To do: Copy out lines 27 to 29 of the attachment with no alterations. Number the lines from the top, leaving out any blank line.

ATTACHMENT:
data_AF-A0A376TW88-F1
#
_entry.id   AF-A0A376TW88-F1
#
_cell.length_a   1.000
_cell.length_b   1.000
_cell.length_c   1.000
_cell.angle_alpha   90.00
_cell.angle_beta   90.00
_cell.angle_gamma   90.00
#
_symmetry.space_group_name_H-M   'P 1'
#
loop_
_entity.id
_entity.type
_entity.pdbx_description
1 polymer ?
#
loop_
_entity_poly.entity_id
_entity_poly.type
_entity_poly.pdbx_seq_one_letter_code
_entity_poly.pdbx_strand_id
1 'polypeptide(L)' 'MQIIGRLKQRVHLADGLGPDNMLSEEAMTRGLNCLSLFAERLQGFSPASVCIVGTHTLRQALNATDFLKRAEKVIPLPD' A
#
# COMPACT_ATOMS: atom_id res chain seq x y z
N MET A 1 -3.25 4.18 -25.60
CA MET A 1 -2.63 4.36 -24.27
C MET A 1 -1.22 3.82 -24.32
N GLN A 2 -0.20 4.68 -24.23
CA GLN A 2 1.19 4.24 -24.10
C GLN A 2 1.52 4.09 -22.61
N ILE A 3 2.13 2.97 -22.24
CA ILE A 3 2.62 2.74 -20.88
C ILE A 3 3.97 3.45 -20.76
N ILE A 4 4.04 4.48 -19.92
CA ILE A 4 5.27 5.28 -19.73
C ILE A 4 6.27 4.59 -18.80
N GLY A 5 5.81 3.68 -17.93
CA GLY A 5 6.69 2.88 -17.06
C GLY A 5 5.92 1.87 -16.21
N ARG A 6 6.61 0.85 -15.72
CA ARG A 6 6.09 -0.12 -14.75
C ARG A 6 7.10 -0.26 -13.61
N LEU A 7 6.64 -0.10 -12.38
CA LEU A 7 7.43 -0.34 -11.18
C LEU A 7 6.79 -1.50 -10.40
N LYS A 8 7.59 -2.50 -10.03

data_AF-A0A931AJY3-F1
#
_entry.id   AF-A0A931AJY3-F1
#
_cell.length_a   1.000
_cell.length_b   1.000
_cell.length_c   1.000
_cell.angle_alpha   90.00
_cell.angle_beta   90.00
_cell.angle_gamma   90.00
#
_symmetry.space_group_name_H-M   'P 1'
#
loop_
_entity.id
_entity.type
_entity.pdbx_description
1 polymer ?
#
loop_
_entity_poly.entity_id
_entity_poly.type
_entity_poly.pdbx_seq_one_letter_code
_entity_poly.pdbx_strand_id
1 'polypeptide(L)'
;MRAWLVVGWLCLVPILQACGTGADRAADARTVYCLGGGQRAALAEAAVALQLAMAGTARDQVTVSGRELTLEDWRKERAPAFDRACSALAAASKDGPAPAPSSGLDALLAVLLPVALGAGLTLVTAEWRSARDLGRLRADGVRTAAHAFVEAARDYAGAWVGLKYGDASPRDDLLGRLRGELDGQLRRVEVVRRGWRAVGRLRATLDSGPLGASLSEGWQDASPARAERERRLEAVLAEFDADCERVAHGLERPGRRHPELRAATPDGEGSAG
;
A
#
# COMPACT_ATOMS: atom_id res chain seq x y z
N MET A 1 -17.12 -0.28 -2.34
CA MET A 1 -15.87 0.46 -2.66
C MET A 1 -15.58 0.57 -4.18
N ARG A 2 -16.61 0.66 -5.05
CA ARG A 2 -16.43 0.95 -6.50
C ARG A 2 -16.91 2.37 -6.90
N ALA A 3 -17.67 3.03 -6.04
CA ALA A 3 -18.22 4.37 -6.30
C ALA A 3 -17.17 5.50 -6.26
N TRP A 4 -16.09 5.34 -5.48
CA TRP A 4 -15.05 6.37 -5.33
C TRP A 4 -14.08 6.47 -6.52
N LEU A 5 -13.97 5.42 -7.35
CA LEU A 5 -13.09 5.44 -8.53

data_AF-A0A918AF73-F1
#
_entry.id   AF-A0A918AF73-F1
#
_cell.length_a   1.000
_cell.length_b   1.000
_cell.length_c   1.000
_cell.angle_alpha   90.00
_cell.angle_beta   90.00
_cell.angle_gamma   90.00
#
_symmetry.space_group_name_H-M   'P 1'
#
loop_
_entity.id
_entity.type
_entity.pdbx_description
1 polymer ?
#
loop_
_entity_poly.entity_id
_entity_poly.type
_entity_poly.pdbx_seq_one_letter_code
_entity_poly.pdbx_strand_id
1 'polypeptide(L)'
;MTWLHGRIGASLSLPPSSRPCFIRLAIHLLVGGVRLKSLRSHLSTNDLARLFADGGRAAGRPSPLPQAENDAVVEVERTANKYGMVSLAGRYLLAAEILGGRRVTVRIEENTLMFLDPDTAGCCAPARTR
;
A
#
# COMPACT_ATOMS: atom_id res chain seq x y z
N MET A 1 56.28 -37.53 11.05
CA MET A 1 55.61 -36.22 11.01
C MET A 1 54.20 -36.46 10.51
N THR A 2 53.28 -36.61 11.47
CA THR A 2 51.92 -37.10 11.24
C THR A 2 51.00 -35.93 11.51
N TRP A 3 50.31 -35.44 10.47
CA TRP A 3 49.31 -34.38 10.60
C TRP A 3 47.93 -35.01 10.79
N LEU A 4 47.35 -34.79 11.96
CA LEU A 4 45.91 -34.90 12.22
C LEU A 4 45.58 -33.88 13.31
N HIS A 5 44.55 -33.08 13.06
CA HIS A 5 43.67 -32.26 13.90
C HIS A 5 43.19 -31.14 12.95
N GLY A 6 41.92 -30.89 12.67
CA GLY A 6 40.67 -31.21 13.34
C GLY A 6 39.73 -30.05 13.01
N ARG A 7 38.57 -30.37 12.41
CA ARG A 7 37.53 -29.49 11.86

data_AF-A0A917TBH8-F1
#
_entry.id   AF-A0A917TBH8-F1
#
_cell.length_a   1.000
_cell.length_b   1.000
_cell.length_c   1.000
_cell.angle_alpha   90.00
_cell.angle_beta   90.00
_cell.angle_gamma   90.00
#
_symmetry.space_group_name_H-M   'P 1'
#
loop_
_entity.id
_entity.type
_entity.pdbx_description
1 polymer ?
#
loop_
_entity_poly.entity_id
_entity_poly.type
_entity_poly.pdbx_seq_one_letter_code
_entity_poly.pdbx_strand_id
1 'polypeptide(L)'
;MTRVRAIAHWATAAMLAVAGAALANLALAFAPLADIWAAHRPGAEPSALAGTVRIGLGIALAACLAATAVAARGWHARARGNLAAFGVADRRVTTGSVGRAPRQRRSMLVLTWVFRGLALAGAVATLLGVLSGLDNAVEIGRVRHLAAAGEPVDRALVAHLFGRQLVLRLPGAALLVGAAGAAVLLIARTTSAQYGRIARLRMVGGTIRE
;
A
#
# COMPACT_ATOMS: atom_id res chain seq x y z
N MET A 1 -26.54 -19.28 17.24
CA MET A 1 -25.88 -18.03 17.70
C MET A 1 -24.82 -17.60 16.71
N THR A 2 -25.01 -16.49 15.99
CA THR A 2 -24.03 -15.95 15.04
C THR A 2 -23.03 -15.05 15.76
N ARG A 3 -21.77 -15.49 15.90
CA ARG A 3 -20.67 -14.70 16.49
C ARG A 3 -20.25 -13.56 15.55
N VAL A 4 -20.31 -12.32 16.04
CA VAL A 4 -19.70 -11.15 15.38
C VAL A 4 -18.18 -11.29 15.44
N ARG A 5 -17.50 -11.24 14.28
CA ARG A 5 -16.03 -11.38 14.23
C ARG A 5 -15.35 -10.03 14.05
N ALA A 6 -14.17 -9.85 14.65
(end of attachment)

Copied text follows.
# COMPACT_ATOMS: atom_id res chain seq x y z
N MET A 1 -3.25 4.18 -25.60
CA MET A 1 -2.63 4.36 -24.27